Spoiler for Technical drivel:

I didn't think much of this picture when I took it, but the background and lighting almost seem as if it were on display for a photoshoot. You wouldn't know that this thing was behind glass in a rather light room, would you? (Taken at the Museum of Natural History, New York.)
Dreaming Demon
Spoiler for Technical details:

Another example of what happens when you use unconventional levels of zoom at close range. Here I managed to sneak up on my sister's rather unfriendly cat and got a few shots in - this is the last and best. The blurring worked purrrfectly (sorry, I won't do that again) - as with the seagull, the background is blurred. In this case the extreme foreground is also blurred. The cat's face is truly the point of focus, as even its rear becomes a bit blurred. I chose this angle for artistic purposes and didn't pay much attention to exposure issues with the sunlight.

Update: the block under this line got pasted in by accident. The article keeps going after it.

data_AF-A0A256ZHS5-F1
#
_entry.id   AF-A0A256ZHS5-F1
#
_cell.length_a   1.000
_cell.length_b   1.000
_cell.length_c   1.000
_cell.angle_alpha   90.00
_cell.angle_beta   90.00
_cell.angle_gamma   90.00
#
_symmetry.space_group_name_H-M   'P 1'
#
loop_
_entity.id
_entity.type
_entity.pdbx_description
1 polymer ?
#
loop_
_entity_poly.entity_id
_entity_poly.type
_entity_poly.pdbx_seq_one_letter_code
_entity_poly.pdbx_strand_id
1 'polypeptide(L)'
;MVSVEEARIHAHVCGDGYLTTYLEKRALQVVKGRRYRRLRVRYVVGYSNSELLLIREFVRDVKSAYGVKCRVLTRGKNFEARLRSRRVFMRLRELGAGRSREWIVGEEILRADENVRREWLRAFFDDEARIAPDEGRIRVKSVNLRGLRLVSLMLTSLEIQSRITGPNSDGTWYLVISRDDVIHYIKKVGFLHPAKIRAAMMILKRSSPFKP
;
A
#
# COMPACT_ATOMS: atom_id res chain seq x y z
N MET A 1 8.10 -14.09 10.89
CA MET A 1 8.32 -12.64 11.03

I'd just like to restate again that thoughts on angles, concepts, and overall presentation are very much appreciated. Even if you're unsure of how to achieve a certain effect with the camera, or whether the camera can even do it, let me know what you're thinking! It gives me ideas of new things to try out. I hope you enjoyed this batch - thanks for viewing.

Marina 2008-04-24 13:00

Oooh, I really like the waterscape photos (of which we have an abundance up here in Alaska), but what ESPECIALLY caught my eye was.....
you guessed it! Mercury! :heh: Cute beyond cute with a sprinkling of cute! *ahem* Anyways, yes, I love the idea you used for contrasting the golden fur with the red rug. If Mercury loves the rug, then I must love the rug! And that nose...and those ears.....*cough*
And yes! Please show more corgi pics! I'm a huge fan of them ^_^
You can even post some in the pet pic thread.

Rembr 2008-04-24 14:56

Do you do any artistic photography?